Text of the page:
Codes and code breaking
During your visit to The Museum:
- Discover how The Army, spies and agents have used codes to guard their secrets from the enemy.
- Learn how to code and decode messages using early codes.
- See a genuine Enigma machine.
- Find out how decoys and propaganda play an important part in the world of codes and coding.
- Consider the impact of cryptography – encryption and decryption -for todays modern Army.
Obsessed with secrecy.
Ever since humans began writing they have been communicating in code. The obsession with sending secret messages has had dramatic effects on the outcome of wars, monarchies and individual lives.
The oldest recorded method of sending a secret message is to conceal it. Concealing messages can be traced back to Ancient Greece; the ancient Greek historian Herodotus wrote of how Dermaratus, a Greek living in exile in Persia, did just that. In 480 BC the Persian Emperor, Xerxes moved to attack Greece. The Greeks were forewarned of the attack by Demaratu. Demaratus had cunningly wrote a message on a wooden tablet and covered it with wax. The tablet was subsequently smuggled out of the country, allowing vital information about the proposed attack to be passed to The Greeks.
Distinguishing between codes and cyphers
Obscuring messages so they can’t be read even if intercepted is known as Cryptography (Greek for hidden writing). Hiding messages resulted in the development of codes, secret languages and ciphers.
The distinction between codes and ciphers is commonly misunderstood:
- A Code is essentially a secret language that is used to conceal the meaning of a message.
- A Cipher conceals a plain text message by replacing or scrambling its letters. Enciphering results in a Cipher text message and Deciphering converts the message back to a plain text message.
Modern day coding and encryption
Safe transmission – ensuring the code isn’t intercepted or tampered with before it reaches its intended destination – is key.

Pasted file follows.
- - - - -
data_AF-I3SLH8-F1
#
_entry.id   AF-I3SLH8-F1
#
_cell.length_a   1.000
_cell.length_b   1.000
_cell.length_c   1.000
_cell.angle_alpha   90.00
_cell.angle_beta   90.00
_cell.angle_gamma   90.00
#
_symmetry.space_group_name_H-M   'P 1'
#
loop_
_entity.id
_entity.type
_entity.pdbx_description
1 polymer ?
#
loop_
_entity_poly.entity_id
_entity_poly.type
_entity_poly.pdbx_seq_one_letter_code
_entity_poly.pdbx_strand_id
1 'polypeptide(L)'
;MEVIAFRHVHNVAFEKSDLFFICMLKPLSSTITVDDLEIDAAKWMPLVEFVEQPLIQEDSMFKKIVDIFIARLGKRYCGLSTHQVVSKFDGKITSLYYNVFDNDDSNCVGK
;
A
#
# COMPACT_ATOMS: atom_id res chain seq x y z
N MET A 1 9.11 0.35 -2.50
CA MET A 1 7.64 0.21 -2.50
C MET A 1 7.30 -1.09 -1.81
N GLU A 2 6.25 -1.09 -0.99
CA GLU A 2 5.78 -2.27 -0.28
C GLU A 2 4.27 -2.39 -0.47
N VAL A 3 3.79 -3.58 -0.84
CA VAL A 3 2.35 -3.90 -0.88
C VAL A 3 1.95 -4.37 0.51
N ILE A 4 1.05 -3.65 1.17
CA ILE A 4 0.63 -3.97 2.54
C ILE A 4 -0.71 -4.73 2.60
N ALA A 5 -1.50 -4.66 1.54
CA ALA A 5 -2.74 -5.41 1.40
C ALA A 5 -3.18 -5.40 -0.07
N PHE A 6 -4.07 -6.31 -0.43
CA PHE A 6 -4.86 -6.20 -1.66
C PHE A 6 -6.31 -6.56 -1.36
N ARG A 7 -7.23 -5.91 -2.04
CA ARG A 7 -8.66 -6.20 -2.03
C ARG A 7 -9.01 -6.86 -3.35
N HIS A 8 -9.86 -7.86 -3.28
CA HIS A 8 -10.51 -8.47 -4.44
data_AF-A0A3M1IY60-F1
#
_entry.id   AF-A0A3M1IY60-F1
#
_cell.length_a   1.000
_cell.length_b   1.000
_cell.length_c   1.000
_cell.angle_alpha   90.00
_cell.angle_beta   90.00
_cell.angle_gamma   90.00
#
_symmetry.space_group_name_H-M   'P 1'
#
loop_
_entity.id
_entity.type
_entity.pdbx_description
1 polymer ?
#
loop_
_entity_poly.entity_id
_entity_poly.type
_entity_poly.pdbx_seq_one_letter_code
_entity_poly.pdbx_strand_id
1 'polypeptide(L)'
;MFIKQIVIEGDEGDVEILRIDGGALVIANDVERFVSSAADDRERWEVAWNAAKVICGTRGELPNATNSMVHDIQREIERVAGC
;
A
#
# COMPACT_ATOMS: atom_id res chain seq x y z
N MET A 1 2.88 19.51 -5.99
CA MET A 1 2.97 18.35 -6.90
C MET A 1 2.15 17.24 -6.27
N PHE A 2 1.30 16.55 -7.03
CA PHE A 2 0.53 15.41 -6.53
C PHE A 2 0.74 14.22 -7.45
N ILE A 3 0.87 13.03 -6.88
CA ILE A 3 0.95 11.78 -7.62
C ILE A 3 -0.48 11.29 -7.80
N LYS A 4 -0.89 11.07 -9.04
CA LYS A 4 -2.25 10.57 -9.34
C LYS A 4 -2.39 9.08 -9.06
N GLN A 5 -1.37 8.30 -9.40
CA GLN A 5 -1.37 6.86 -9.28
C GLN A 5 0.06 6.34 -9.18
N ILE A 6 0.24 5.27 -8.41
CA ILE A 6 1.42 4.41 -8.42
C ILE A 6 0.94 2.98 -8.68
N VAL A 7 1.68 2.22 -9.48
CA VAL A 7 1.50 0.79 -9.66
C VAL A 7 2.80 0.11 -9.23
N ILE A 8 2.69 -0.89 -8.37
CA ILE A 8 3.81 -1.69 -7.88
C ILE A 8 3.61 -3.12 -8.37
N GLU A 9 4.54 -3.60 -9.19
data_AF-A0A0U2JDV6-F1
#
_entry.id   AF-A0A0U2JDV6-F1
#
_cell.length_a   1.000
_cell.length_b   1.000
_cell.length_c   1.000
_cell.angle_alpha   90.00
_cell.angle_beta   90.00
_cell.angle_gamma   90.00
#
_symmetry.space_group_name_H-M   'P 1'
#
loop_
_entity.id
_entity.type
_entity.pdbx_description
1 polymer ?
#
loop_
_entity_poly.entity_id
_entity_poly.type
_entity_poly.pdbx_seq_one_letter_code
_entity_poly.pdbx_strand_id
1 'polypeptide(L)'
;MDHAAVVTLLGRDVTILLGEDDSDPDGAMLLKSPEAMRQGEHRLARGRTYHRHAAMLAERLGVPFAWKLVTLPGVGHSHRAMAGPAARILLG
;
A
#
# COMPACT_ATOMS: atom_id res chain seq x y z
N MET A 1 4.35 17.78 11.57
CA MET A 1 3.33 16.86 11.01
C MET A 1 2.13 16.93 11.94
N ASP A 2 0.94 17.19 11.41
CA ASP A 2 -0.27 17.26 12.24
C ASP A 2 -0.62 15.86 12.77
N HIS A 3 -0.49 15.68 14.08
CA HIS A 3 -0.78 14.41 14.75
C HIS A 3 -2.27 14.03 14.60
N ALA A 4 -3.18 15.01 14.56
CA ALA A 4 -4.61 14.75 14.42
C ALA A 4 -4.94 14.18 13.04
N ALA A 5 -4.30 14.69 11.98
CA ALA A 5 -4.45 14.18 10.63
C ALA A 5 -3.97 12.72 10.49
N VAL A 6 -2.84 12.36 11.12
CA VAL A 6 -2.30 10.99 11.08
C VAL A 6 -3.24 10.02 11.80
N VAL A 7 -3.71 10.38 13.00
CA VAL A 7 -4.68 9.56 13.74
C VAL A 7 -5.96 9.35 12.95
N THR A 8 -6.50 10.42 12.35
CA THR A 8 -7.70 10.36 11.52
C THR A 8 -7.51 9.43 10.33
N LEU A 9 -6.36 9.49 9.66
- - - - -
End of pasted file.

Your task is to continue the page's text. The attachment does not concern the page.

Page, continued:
What is encryption?
Royal Signals and encryption
Royal Signals are The Army’s communicators. A significant part of their work involves the safe and secure transmission of messages with Signallers using increasingly complex encryption and decryption methods to achieve this.
A number of regiments and squadrons have specialist roles, these include:
- 10 Signal Regiment (10SR). They provide specialist services such as Information and Communication Services (ICS) and Information Assurance (IA). 10SR also have a special role in providing communications for electronic counter measures (Force Protection).
- 14 Signal Regiment specialises in Electronic Warfare (EW). EW involves using the electromagnetic spectrum to find, exploit, impede or attack the enemy.
- 18 (UKSF) Signal Regiment provide specialist communications including signals intelligence and electronic intelligence. Ensuring safe, secure communications and security is an essential part of special forces missions.
- 22 Signal Regiment provide Information and Communication Support (ICS) on land and in the air.
Signallers often carry out work that is secret and specialised and on a strict ‘need to know basis’. Serving soldiers must have the right level of vetting and security clearance to work in specialised environments; even then, if something isn’t part of their work, they won’t be privy to it.
Explore the work of The Royal Signals
Do take a look at this short video below which features the work of Royal Signals specialists working with other cap-badges to combat the cyber threat.
You can get a feel for what goes on in the world of codes and code breaking by visiting The Royal Signals Museum.
To find out more about Royal Signal, the work they do and career opportunities see www.army.mod.uk/signals/signals.aspx.
Royal Signals and Cyber
As you watch the video look for Royal signals clues. Things you might spot:
Cap badge – Jimmy (Mercury)
Tactical recognition flash – the blue and white ‘badge’ Royal signals soldiers wear
Stable belt – light blue, dark blue, green (representing land, sea and air)
Other insignia representing group or unit.